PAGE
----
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Lex Hixon

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Lex Hixon
BornDecember 25, 1941 (1941-12-25)
Pasadena, California, US
DiedNovember 1, 1995(1995-11-01) (aged 53)
Riverdale, New York, US

Lex Hixon (born Alexander Paul Hixon Junior, also known as Nur al-Anwar al-Jerrahi in the Sufi community; 1941–1995) was an American Sufi author, poet, and spiritual teacher.[1] He practiced and held membership in several religious traditions. He believed that all religions are true, which was sparked by his study of the life and teachings of Ramakrishna.

Life and education[edit]

Hixon was born on December 25, 1941, in Pasadena, California, one of three sons of Alexander and Adelaide Hixon. He married his second wife, Sheila, in 1965. They had two daughters Shanti, India, and one son, Dylan. Hixon also had a daughter, Alexandra, from a previous marriage to Margaret Taylor. He graduated from Yale University in 1963, where he majored in philosophy, and he received a PhD in comparative religion from Columbia University in 1976. His doctoral thesis was on the Gaudapada Karika, a Sanskrit scripture of the very early Advaita Vedanta school of Hindu philosophy.

Early spiritual training[edit]

Hixon first studied prayer and meditation at the age of nineteen with Vine Deloria, Senior, a Lakota Sioux elder and Episcopal priest in Pierre, South Dakota. In 1966 he began his discipleship with Swami Nikhilananda of the Ramakrishna Mission, who headed the Ramakrishna-Vivekananda Center of New York. He simultaneously remained involved in various religions, calling them "parallel sacred worlds".[2]


From 1971 to 1984, Lex Hixon hosted a weekly 2-hour interview show in New York City called "In The Spirit," where he interviewed hundreds of spiritual leaders and teachers from different traditions, including Alan Wilson Watts, philosopher, writer and speaker known for interpreting and popularizing Indian and Chinese traditions of Buddhist, Taoist, and Hindu philosophy for a Western audience. Buddhism — the Dalai Lama, the 16th Karmapa, Kalu Rinpoche, Lama Ole Nydahl, Zen teacher Maezumi Roshi and Sensei Bernie Glassman; Ch'an Master, Ven. Sheng Yen; Christianity — Brother David Steindl-Rast, Father Thomas Keating, Mother Teresa of Calcutta; Hinduism —Hilda Charlton, J. Krishnamurti, Swami Satchidananda, Swami Muktananda; Islam — Sheikh Muzaffer Ozak, Pir Vilayat Inayat Khan, Bawa Muhaiyaddeen; Judaism — Rabbi Shlomo Carlebach, Rabbi Gedaliah Kenig, Rabbi Dovid Din, Rabbi Aryeh Kaplan and Rabbi Meyer Fund.

Religious traditions[edit]

Islam and Sufism[edit]

On one of the shows, he met Sheikh Muzaffer Özak Âșkî al-Jerrahi, who became his master and guide in the Sufi path. He embraced Lex as his spiritual son, and gave him the name Nur, divine light. Sheikh Muzaffer appointed him as the head of the community of American dervishes who gathered in the Masjid al-Farah in New York City.[3][4]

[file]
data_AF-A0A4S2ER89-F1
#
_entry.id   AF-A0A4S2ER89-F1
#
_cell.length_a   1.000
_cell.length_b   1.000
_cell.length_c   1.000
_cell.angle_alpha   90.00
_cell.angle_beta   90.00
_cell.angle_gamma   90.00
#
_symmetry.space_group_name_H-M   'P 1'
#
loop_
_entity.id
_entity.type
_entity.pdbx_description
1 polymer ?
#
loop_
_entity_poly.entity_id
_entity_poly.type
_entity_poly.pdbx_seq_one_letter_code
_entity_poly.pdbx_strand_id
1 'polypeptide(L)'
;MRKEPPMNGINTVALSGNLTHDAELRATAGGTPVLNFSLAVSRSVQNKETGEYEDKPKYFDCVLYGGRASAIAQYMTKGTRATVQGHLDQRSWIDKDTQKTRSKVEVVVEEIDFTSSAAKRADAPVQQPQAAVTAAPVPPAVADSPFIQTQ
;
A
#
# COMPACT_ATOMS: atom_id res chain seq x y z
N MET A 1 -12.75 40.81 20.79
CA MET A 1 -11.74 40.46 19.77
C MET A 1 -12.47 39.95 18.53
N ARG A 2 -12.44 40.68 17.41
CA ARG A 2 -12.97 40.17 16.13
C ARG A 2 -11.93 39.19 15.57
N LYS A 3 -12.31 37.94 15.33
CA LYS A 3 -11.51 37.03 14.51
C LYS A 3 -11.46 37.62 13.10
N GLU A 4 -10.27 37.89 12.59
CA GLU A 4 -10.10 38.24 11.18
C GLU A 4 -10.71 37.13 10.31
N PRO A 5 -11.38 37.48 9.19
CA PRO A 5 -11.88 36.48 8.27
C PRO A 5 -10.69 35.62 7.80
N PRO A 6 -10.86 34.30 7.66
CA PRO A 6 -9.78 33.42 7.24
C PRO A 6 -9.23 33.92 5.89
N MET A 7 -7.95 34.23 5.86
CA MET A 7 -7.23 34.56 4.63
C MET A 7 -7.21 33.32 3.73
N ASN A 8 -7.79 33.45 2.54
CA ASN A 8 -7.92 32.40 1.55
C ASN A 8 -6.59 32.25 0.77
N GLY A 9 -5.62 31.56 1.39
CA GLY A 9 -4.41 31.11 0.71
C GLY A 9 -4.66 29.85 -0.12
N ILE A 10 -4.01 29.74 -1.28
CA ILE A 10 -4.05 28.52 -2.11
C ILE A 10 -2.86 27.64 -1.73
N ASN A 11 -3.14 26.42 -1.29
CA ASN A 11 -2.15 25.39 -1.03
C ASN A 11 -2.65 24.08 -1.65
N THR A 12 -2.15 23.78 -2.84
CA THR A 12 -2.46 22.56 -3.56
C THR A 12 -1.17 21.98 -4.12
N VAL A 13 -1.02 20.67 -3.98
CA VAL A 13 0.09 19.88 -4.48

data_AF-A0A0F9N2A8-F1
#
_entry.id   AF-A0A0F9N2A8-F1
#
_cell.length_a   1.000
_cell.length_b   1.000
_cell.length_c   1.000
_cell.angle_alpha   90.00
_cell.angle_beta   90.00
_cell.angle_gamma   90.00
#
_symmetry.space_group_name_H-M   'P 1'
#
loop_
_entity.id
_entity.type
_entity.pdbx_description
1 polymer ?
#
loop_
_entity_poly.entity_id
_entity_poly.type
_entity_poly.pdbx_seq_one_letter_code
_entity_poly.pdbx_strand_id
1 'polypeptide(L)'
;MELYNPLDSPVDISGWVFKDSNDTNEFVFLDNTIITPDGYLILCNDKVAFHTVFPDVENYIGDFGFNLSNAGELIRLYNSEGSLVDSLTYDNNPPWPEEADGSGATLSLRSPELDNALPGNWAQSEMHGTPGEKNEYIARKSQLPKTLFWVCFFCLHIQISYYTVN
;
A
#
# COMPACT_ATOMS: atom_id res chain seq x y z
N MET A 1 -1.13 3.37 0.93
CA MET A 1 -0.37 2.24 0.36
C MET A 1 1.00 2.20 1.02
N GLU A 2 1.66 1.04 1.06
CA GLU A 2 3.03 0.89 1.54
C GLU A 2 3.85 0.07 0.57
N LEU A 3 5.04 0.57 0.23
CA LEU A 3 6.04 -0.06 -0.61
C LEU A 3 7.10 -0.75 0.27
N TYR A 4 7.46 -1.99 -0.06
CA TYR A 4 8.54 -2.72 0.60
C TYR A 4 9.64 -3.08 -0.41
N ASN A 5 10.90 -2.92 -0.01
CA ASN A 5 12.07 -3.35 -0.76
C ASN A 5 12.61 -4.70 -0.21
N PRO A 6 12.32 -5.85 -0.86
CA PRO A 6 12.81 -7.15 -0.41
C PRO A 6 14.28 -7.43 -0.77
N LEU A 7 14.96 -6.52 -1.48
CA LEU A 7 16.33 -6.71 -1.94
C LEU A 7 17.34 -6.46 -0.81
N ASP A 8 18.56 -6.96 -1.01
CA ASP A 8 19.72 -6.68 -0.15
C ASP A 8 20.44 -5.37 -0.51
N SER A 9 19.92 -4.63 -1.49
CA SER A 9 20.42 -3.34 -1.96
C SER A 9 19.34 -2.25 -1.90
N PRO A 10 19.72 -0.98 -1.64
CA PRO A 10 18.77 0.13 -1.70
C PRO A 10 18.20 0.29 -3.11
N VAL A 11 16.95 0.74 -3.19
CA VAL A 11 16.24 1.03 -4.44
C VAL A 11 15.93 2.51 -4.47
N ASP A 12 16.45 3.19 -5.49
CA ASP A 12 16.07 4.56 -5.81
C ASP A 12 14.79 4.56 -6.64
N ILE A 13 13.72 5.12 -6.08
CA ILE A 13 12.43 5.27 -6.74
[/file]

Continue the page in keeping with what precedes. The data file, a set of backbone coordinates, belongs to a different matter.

Hixon and his wife Sheila entered the Eastern Orthodox Church through the inspiration of Father Alexander Schmemann and studied at St. Vladimir's Seminary in Crestwood, New York, for three years. He also traveled to Mount Athos.


Hixon and his wife received guidance in meditation from Venerable Lama Domo Geshe Rimpoche. Hixon studied Zen koans with Tetsugen Bernard Glassman, and Glassman posthumously ordained him as a Zen sensei.


Hixon studied meditation with Swamis Prabhavananda and Aseshananda.


Hixon studied flamenco guitar with Carlos Montoya and studied classical Indian music with Vasant Rai, the sarod master.


  • Coming Home: The Experience of Enlightenment in Sacred Traditions, 1978, 1989, 1995. ISBN 0-943914-74-4
  • The Heart of the Qur'an: An Introduction to Islamic Spirituality, 1988, 2003. ISBN 0-8356-0822-0
  • Recolección de la Miel (Gathering Honey), 1989. ISBN
  • Great Swan: Meetings with Ramakrishna, 1992, 2002. ISBN 81-208-1297-2
  • Atom from the Sun of Knowledge, 1993. ISBN 978-1-879708-05-1
  • Illahis of Shaykh Nur al-Jerrahi, 1993. ISBN
  • Mother of the Buddhas: Meditation on the Prajnaparamita Sutra, 1993. ISBN 0-8356-0689-9
  • Mother of the Universe: Visions of the Goddess and Tantric Hymns of Enlightenment, 1994. ISBN 0-8356-0702-X
  • Living Buddha Zen, 1995. ISBN 0-943914-75-2
  • Sufi Meditation, 1997. ISBN 1-879708-10-8
  • 101 Diamonds: From the Oral Tradition of the Glorious Messenger Muhammad (translator, with Fariha al-Jerrahi), 2001. ISBN 1-879708-17-5


Hixon died of cancer at his home in Riverdale, New York, on November 1, 1995, at the age of 53.


  1. ^ "Lex Hixon". www.srv.org. Retrieved 2023-07-16.
  2. ^ Lex Hixon Obituary in NY Times [1]
  3. ^ Corbett, Rosemary R. (2016). Making Moderate Islam: Sufism, Service, and the "Ground Zero Mosque" Controversy. Stanford University Press. ISBN 9780804791281.
  4. ^ "Shaykh Nur al-Anwar al-Jerrahi".


External links[edit]